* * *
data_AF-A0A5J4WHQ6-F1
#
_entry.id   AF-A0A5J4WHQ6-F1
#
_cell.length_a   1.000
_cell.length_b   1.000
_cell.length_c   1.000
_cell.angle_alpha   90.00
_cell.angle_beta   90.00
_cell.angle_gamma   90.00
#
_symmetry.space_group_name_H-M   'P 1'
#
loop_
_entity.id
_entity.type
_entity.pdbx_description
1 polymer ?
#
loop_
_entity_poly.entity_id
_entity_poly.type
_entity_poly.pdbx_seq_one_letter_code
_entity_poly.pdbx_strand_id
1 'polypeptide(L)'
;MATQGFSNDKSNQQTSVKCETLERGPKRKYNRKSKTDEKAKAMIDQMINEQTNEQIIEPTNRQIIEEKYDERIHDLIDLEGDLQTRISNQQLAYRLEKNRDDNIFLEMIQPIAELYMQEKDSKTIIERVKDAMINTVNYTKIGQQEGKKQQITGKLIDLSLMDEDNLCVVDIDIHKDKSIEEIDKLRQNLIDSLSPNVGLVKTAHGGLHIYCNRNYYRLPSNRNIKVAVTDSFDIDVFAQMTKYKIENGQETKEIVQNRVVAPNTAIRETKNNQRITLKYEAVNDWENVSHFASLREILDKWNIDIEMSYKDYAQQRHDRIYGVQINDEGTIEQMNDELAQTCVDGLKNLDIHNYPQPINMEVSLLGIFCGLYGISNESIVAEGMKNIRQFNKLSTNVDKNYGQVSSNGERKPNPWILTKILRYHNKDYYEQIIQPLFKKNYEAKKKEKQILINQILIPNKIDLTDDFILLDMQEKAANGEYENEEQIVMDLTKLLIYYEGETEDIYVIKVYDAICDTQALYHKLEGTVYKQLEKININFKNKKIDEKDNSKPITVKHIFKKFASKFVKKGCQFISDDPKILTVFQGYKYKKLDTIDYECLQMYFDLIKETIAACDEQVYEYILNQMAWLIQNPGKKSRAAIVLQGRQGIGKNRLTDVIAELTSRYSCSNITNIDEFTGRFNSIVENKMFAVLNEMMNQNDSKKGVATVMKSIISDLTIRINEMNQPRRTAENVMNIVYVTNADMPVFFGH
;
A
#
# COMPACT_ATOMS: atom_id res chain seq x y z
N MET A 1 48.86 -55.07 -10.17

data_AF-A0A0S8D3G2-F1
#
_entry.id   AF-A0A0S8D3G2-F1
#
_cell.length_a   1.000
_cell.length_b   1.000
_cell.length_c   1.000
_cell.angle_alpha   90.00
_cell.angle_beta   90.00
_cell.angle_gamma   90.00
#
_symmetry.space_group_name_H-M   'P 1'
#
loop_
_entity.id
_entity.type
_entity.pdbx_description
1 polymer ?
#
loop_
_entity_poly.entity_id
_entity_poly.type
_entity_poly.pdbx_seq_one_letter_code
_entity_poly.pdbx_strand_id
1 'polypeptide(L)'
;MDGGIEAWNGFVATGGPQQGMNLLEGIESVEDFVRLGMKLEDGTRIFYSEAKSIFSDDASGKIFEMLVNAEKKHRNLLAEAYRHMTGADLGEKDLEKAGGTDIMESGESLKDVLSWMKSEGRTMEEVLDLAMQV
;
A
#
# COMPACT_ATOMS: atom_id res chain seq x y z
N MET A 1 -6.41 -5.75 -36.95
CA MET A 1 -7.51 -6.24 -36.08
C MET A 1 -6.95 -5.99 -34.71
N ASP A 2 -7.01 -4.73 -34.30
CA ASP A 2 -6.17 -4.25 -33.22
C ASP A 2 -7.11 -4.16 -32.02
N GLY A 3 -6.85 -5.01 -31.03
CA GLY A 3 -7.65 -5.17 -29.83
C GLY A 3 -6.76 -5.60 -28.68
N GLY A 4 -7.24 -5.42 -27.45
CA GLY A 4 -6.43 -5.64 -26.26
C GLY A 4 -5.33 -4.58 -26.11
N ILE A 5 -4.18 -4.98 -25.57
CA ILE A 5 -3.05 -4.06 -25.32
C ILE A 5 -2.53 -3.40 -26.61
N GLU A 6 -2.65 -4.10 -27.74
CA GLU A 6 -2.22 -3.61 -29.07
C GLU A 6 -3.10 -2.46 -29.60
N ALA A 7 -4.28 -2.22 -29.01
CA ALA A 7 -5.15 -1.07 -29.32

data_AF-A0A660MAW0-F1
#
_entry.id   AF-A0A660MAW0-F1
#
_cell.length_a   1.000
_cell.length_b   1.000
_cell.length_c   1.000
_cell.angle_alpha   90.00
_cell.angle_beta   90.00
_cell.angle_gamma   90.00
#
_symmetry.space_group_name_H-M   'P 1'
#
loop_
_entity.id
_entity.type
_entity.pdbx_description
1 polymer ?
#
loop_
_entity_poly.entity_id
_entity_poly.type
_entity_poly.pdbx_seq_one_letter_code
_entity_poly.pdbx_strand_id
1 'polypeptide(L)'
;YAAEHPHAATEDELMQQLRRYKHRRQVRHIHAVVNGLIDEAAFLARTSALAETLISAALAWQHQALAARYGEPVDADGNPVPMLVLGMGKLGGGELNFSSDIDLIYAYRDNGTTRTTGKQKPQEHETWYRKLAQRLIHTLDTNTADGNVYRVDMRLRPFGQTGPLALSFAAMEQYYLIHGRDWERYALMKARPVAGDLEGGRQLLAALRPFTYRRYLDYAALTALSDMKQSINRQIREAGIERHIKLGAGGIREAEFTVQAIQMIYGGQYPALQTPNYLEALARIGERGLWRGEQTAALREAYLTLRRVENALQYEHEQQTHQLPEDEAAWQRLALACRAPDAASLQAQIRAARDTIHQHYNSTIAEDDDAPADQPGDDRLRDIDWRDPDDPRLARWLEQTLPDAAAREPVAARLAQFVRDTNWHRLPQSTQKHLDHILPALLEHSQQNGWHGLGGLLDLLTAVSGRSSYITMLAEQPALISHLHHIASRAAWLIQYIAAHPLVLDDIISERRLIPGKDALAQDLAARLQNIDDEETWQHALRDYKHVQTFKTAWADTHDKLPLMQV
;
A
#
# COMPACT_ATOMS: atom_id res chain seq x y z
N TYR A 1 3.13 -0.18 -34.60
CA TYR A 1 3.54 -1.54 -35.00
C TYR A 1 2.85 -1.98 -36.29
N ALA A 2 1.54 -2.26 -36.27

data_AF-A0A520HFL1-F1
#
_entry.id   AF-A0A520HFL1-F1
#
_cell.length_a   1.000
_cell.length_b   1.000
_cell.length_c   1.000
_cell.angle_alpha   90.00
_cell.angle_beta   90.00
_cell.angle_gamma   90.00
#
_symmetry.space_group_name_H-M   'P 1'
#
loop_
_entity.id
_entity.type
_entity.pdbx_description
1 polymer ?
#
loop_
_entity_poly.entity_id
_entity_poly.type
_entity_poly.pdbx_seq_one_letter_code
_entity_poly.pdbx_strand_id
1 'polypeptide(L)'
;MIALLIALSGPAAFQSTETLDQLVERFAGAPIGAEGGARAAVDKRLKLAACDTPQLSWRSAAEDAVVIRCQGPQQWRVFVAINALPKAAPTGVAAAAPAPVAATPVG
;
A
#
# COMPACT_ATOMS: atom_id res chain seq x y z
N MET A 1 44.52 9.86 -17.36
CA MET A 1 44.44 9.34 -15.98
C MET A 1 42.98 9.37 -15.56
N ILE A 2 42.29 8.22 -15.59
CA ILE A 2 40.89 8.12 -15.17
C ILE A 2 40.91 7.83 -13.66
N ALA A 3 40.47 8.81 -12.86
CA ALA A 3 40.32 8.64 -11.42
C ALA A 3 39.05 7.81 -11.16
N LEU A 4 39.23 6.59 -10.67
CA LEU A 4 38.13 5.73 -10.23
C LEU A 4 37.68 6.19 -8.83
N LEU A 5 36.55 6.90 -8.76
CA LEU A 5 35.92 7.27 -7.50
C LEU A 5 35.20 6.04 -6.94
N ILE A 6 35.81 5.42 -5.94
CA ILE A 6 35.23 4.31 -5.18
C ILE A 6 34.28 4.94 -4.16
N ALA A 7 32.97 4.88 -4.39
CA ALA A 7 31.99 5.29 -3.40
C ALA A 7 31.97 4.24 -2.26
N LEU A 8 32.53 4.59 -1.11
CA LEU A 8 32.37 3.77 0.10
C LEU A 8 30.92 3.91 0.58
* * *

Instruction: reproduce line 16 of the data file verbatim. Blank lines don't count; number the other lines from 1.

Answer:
_entity.type